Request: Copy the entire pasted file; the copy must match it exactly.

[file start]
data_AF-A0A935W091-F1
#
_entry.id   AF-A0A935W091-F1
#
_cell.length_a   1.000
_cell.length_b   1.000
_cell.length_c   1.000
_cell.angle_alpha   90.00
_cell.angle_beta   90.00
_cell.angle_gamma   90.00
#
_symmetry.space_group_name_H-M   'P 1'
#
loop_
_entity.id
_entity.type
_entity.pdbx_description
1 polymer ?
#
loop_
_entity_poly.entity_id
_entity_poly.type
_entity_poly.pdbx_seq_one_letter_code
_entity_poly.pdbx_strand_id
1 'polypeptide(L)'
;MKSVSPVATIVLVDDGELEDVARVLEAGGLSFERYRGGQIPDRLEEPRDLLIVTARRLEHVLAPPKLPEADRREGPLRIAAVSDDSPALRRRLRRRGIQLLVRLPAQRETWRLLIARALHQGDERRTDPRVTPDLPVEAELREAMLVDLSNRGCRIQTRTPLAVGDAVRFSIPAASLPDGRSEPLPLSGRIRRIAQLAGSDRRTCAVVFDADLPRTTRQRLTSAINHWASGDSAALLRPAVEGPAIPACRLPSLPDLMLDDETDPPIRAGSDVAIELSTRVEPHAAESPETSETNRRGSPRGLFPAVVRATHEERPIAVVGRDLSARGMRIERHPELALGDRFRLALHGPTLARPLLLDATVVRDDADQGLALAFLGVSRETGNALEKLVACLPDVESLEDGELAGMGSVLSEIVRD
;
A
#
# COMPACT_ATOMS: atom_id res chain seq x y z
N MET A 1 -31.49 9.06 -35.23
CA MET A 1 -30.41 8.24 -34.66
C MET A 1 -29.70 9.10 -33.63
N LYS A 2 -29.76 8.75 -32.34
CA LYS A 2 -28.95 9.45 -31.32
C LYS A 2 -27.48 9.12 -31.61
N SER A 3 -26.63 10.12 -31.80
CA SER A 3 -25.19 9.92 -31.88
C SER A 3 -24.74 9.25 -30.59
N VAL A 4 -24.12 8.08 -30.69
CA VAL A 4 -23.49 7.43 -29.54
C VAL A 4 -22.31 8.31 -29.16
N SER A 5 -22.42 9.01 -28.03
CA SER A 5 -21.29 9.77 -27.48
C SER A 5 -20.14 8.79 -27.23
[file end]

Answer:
data_AF-A0A935W091-F1
#
_entry.id   AF-A0A935W091-F1
#
_cell.length_a   1.000
_cell.length_b   1.000
_cell.length_c   1.000
_cell.angle_alpha   90.00
_cell.angle_beta   90.00
_cell.angle_gamma   90.00
#
_symmetry.space_group_name_H-M   'P 1'
#
loop_
_entity.id
_entity.type
_entity.pdbx_description
1 polymer ?
#
loop_
_entity_poly.entity_id
_entity_poly.type
_entity_poly.pdbx_seq_one_letter_code
_entity_poly.pdbx_strand_id
1 'polypeptide(L)'
;MKSVSPVATIVLVDDGELEDVARVLEAGGLSFERYRGGQIPDRLEEPRDLLIVTARRLEHVLAPPKLPEADRREGPLRIAAVSDDSPALRRRLRRRGIQLLVRLPAQRETWRLLIARALHQGDERRTDPRVTPDLPVEAELREAMLVDLSNRGCRIQTRTPLAVGDAVRFSIPAASLPDGRSEPLPLSGRIRRIAQLAGSDRRTCAVVFDADLPRTTRQRLTSAINHWASGDSAALLRPAVEGPAIPACRLPSLPDLMLDDETDPPIRAGSDVAIELSTRVEPHAAESPETSETNRRGSPRGLFPAVVRATHEERPIAVVGRDLSARGMRIERHPELALGDRFRLALHGPTLARPLLLDATVVRDDADQGLALAFLGVSRETGNALEKLVACLPDVESLEDGELAGMGSVLSEIVRD
;
A
#
# COMPACT_ATOMS: atom_id res chain seq x y z
N MET A 1 -31.49 9.06 -35.23
CA MET A 1 -30.41 8.24 -34.66
C MET A 1 -29.70 9.10 -33.63
N LYS A 2 -29.76 8.75 -32.34
CA LYS A 2 -28.95 9.45 -31.32
C LYS A 2 -27.48 9.12 -31.61
N SER A 3 -26.63 10.12 -31.80
CA SER A 3 -25.19 9.92 -31.88
C SER A 3 -24.74 9.25 -30.59
N VAL A 4 -24.12 8.08 -30.69
CA VAL A 4 -23.49 7.43 -29.54
C VAL A 4 -22.31 8.31 -29.16
N SER A 5 -22.42 9.01 -28.03
CA SER A 5 -21.29 9.77 -27.48
C SER A 5 -20.14 8.79 -27.23